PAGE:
Interview with EléOnore Guérineau about her carreer and her blog
Two years ago, I had the chance to meet Eléonore, usually a soloist at the Paris Opera Ballet, during her sabbatical at the Zurich Ballet. Back in Paris, Eléonore recently created her own blog in which she tries to share her experience with other young dancers. This gave me the opportunity for another interview with her.
What was it like to return to the Ballet de Paris after your time in Zurich?
I was a little afraid of returning to the Paris Opera Corps de Ballet. Going from a rather intimate company to a big house again. At the end of my contract with the Zurich Ballet, my family joined me in Zurich until the end of July to enjoy the mild Zurich summer. Then we went back to Paris to prepare for the new school year and get back on our feet as a family, after a whole year cut short and separated from my daughter and husband. I was programmed on the new creation of Crystal Pite, Body and Soul. It was a great opportunity to work again in a creation with this incredible woman and choreographer! After dancing in her first creation Seasons‘ Canon with the Ballet de l’Opéra de Paris, I was really looking forward to going back to the studio with Crystal Pite for a new ballet. To discover what this new creation could bring us to discover even more of her work. And to live the final result on stage with great enthusiasm. So my return to the Paris Opera Ballet was more intimate than I had initially imagined, because the first rehearsals were those of pas de deux. Then it was the group rehearsals, with the famous energetic and supportive power of its work. And finally Garnier’s first return to the stage with this magnificent creation. A first series of very intense shows where I had the chance to dance a few pas de deux. Moreover during the series, Christian Spuck came to discover the new creation of Crystal Pite, and it made me very happy to be able to see him again after the show and exchange a few words since my departure from Zurich.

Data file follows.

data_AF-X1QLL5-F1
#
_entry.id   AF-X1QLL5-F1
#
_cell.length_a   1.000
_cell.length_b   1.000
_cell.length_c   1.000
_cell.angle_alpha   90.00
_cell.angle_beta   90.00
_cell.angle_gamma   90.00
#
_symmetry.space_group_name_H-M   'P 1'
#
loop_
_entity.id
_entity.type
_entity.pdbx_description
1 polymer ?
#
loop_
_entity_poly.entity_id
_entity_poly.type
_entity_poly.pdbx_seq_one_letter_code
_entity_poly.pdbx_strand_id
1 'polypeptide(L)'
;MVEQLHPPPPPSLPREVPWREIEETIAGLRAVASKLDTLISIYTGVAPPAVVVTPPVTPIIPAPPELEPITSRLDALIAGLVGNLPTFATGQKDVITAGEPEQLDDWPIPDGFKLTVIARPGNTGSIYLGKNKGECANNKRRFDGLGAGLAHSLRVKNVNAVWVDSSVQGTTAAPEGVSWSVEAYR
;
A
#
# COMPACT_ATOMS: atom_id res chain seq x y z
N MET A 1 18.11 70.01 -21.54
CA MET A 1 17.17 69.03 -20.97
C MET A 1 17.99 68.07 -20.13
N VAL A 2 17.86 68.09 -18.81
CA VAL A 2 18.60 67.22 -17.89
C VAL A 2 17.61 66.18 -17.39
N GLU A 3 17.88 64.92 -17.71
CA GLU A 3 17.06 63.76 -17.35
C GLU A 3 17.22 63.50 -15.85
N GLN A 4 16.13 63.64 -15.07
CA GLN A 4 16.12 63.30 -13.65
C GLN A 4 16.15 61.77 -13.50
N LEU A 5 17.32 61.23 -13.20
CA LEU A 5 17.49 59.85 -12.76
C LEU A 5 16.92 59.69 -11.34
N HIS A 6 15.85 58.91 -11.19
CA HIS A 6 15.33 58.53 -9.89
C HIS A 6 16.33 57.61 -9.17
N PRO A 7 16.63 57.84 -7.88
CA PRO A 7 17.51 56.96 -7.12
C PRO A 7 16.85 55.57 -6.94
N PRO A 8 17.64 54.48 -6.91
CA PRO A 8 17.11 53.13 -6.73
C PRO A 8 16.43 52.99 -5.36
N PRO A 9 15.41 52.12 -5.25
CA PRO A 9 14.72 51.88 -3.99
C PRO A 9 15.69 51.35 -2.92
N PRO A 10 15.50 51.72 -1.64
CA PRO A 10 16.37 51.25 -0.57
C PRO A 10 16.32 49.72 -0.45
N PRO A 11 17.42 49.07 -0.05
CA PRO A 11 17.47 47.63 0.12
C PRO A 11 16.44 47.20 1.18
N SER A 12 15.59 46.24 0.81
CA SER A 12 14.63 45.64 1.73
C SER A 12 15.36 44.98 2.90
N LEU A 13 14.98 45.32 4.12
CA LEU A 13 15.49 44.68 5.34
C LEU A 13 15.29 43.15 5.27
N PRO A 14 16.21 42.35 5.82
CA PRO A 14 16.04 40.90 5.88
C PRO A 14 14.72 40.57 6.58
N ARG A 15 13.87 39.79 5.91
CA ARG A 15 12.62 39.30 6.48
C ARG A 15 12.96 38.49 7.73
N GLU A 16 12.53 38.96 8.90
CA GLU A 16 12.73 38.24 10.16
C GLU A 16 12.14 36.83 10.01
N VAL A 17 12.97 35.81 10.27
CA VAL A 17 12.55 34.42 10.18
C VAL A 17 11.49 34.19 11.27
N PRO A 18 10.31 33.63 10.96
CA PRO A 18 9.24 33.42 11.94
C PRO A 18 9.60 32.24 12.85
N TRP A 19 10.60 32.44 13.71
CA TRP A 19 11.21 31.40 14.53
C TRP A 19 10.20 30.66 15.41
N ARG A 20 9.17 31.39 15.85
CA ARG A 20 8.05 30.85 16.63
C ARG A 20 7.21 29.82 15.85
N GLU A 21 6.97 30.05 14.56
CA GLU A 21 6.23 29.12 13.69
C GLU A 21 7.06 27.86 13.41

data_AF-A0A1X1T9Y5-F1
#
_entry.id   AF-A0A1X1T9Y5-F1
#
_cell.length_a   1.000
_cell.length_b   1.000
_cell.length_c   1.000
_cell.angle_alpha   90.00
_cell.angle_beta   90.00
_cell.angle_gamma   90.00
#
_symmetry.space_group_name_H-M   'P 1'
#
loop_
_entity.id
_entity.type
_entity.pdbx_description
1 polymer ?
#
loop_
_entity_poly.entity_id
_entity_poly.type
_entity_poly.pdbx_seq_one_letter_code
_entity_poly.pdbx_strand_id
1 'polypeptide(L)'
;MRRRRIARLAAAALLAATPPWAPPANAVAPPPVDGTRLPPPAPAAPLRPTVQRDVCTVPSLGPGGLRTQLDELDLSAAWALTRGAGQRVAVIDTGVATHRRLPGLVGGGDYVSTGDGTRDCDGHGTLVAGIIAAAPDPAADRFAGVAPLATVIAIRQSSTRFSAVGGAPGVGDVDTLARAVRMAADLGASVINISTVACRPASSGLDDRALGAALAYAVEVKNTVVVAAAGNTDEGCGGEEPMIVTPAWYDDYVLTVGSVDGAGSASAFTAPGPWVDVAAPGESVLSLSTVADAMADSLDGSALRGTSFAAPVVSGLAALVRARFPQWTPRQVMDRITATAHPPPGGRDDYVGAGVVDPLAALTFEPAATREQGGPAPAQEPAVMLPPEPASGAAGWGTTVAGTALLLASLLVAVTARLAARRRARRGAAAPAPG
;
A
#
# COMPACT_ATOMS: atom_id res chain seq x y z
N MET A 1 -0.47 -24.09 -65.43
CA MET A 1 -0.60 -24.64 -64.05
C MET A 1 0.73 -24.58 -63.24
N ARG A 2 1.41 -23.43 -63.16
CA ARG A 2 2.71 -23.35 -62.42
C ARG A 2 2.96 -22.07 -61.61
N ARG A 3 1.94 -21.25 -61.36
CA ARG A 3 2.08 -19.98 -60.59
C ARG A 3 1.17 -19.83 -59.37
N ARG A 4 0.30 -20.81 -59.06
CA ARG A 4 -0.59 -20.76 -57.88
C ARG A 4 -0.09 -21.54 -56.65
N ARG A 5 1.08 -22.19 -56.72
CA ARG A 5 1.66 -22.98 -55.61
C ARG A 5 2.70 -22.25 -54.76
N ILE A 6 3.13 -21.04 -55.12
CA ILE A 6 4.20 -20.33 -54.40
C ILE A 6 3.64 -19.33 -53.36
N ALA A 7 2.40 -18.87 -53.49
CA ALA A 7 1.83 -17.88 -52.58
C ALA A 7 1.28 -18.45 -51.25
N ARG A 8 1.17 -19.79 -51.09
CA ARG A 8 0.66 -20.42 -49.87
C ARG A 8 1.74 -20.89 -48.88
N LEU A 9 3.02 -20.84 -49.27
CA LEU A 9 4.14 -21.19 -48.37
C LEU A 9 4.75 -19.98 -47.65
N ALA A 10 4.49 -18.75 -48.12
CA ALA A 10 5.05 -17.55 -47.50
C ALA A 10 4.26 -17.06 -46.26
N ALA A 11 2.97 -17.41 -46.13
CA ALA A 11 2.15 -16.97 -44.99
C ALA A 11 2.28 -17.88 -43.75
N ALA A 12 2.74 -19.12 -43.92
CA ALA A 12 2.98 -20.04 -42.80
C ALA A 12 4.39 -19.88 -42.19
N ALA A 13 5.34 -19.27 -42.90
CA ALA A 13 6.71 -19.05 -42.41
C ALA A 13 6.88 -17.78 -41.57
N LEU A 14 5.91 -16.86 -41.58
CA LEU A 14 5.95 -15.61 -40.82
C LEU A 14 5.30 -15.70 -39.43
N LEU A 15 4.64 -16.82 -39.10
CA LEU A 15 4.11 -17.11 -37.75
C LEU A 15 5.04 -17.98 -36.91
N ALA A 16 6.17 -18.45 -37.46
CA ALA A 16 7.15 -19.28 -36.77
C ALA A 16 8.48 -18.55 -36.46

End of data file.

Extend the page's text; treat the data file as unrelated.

What experiences did you bring from Zurich?